The survey results, which are based on millions of data points, are also scientific and objective. While some people are reluctant to accept that a science-based survey could genuinely enhance their own decision-making ability, Chad was open to the idea. But he didn’t want to bet something like his hiring on blind faith, so he began to test its reliability. While searching for his first hire, he found himself in a debate with a colleague about an applicant based on their cover letter. The colleague thought the letter revealed a cockiness that wouldn’t fit at Influitive. Chad thought it showed the kind of “ballsiness” that the startup needed. To bring in a third, objective opinion, Chad checked the applicant’s survey results. They were off the chart—indicating someone who would excel in the role, which confirmed for Chad that he should bring her in for an interview. He eventually hired her and she would become a tremendous asset to the team.

Chad would continue to refer to an applicant’s ClearFit scores, rather than trying to wade through a stack of resumes, as a way to make faster and better decisions on whether or not to interview a candidate. He would also find it helpful to have an objective measure of predictable success when it came to internal referrals. In the startup world, current employees are often the best source of strong candidates, but the practice can cause tension if an employee gets excited about referring a friend and that friend gets rejected. Having an objective survey that indicates the applicant isn’t a fit would help Chad make the case that the decision isn’t based on his personal, subjective opinion.

Finding the Diamonds in the Rough

Using ClearFit, Chad would eventually hire people from a wide variety of backgrounds, including someone who taught English as a Second Language, a recruiter, and a bank teller. Without a tool to reveal who an applicant is beyond their skills and experience listed on their resumes, Chad would never have been able to know they were worth considering as candidates.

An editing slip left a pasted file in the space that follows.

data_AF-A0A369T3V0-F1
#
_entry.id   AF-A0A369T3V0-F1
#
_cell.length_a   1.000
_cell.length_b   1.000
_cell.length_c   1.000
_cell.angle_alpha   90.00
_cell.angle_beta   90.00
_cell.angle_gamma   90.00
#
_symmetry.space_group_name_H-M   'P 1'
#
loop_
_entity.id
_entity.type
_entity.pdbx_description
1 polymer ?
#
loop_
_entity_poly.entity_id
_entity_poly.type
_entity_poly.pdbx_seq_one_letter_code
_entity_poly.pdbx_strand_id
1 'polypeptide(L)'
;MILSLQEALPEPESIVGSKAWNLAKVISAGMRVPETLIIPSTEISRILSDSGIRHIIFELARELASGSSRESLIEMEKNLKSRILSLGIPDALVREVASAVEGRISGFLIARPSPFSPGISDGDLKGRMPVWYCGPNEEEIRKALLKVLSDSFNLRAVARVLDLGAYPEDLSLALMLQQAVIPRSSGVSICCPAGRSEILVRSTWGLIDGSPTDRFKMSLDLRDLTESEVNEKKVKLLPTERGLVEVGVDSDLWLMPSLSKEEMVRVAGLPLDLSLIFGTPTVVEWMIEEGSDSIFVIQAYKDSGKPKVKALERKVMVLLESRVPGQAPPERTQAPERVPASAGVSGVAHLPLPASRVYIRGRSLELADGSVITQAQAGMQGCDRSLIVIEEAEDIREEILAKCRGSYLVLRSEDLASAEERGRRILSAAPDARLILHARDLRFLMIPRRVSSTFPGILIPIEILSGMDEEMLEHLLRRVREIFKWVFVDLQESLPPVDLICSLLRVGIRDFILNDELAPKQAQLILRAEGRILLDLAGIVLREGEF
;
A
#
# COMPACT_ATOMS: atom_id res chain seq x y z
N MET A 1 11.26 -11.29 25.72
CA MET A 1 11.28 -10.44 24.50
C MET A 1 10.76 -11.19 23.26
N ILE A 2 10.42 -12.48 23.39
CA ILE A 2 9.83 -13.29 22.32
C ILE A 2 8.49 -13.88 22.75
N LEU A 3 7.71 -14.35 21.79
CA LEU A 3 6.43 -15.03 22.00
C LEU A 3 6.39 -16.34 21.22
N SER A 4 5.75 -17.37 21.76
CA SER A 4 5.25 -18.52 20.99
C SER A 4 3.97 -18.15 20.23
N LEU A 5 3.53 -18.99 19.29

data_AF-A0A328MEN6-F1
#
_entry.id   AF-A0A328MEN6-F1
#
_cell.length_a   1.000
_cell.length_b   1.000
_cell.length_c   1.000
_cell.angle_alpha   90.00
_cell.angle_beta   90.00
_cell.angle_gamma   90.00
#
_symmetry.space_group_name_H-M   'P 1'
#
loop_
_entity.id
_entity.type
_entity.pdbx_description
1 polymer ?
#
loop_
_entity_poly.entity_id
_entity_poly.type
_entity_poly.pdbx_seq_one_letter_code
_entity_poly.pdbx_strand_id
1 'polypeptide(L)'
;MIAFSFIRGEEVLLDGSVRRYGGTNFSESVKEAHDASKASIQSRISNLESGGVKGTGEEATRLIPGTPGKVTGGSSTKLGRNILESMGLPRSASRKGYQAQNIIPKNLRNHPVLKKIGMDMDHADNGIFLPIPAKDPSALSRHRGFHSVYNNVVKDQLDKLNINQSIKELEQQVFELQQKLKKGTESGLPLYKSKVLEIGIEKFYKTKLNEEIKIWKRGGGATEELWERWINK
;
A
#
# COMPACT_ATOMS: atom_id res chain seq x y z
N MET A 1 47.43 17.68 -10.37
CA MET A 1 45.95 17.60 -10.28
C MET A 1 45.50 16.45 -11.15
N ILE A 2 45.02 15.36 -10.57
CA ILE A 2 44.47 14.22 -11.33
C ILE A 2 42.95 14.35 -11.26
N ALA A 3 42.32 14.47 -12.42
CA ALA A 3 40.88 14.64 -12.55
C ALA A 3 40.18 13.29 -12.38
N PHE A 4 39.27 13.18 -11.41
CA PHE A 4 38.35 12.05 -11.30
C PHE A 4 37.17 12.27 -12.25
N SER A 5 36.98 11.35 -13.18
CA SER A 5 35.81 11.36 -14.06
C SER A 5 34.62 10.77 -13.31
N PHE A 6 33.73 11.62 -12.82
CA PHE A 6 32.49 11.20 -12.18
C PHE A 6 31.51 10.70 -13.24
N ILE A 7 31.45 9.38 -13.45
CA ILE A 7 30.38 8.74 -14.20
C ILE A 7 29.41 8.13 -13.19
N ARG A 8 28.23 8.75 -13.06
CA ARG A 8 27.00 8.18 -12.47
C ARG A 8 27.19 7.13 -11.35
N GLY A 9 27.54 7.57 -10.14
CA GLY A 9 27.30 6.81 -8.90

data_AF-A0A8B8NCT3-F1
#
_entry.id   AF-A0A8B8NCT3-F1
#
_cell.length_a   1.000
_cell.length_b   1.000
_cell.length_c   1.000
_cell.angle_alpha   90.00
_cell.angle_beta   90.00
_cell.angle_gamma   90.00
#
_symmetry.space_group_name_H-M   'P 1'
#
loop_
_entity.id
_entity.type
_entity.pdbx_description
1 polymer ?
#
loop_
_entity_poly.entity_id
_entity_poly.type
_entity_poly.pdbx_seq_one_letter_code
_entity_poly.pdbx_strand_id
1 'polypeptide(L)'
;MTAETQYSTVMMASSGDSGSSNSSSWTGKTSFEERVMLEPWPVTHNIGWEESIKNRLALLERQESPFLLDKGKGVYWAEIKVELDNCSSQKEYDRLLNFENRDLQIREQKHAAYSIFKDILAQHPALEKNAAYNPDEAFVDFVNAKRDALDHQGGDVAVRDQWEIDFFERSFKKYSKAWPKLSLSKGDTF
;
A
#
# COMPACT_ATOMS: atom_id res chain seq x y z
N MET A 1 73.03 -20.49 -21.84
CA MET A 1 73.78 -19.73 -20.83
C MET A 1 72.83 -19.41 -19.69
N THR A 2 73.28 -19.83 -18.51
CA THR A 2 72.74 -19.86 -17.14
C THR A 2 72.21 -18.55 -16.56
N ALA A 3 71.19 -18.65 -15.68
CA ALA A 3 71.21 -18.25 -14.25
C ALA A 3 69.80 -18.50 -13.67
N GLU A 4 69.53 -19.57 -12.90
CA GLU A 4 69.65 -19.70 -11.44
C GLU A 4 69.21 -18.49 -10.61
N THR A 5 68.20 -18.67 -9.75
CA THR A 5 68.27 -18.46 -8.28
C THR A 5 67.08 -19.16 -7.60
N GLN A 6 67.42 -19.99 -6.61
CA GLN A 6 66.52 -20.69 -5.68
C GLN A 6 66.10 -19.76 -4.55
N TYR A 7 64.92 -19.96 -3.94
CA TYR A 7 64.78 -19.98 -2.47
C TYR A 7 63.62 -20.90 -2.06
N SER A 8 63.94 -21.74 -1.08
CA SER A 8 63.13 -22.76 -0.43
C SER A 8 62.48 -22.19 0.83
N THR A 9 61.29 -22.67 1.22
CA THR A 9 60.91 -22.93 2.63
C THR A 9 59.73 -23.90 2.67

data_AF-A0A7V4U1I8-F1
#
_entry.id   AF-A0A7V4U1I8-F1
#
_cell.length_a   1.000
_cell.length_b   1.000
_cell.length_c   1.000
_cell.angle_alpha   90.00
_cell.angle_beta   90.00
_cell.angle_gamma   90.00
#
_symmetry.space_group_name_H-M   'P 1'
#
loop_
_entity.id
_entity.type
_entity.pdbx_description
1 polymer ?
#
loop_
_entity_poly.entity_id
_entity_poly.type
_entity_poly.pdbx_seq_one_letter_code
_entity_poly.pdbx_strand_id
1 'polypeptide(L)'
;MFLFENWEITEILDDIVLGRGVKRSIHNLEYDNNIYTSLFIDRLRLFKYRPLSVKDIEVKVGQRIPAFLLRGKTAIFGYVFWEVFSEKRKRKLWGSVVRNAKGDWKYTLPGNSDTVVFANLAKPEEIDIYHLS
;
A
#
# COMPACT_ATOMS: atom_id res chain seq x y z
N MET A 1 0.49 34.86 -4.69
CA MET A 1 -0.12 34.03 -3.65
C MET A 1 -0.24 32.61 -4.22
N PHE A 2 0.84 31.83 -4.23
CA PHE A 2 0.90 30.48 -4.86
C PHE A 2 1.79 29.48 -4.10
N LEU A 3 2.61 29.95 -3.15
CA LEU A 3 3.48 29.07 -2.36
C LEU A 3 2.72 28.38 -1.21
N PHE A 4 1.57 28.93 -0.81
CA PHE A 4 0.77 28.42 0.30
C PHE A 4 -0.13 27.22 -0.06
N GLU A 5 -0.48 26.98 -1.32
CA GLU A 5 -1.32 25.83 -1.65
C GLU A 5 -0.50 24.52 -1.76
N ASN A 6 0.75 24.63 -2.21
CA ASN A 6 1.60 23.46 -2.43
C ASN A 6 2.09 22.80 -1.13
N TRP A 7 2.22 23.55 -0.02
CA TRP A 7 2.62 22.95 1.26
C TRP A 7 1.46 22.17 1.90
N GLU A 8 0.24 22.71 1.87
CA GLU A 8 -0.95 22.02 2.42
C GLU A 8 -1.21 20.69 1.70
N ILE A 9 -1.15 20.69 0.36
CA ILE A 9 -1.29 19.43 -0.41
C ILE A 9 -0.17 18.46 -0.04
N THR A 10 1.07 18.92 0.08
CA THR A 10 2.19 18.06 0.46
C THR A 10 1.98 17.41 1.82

The Signs of Success

With one exception, all of the eight people Chad has personally hired are still at Influitive, excelling in their roles, which Chad considers a sign that his hiring strategy is paying off. As for that exception, that person left to follow her boyfriend across the world and work for one of Influitive’s clients, a great compliment in Chad’s eyes. Another sign is the five-star rating on Glassdoor, a site for anonymous employee reviews. And then there’s the fact that Influitive is the top-rated app in its category on the independent app review site, G2 Crowd. And Influitive’s founder and CEO, Mark Organ commented: “We have a reputation for having the best service team out there. In fact, it’s the number one thing our customers advocate for us!”

To sum up the role that ClearFit plays in his hiring strategy, Chad says, “When it comes to identifying which applicants are right for our Customer Success team ClearFit is off the charts great. Influitive has hired over 20 employees now with ClearFit and they’ve all gone on to be fantastic. Growth here never stops, so anything that can help us find great candidates quickly and easily means that we are not only going to meet our goals for growth, but that our customers are going to succeed. I recommend ClearFit to everyone looking to grow and scale their teams quickly and easily with the right people.”